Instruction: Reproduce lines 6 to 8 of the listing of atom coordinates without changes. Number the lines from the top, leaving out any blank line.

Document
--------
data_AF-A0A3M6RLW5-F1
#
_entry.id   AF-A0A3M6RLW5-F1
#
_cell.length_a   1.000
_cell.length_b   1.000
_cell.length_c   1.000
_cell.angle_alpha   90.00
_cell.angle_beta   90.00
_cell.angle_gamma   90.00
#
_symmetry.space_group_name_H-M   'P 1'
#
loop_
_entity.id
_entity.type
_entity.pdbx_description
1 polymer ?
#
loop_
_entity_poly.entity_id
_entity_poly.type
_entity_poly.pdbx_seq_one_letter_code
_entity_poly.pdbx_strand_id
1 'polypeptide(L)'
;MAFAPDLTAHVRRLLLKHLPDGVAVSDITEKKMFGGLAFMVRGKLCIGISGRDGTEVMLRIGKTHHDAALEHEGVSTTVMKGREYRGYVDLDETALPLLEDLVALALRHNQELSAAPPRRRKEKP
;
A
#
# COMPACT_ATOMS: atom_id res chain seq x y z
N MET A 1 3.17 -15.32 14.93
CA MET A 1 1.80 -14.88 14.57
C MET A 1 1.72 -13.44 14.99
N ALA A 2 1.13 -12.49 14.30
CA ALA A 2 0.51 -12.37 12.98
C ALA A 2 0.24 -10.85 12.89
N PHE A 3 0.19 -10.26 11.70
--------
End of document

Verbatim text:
_cell.length_b   1.000
_cell.length_c   1.000
_cell.angle_alpha   90.00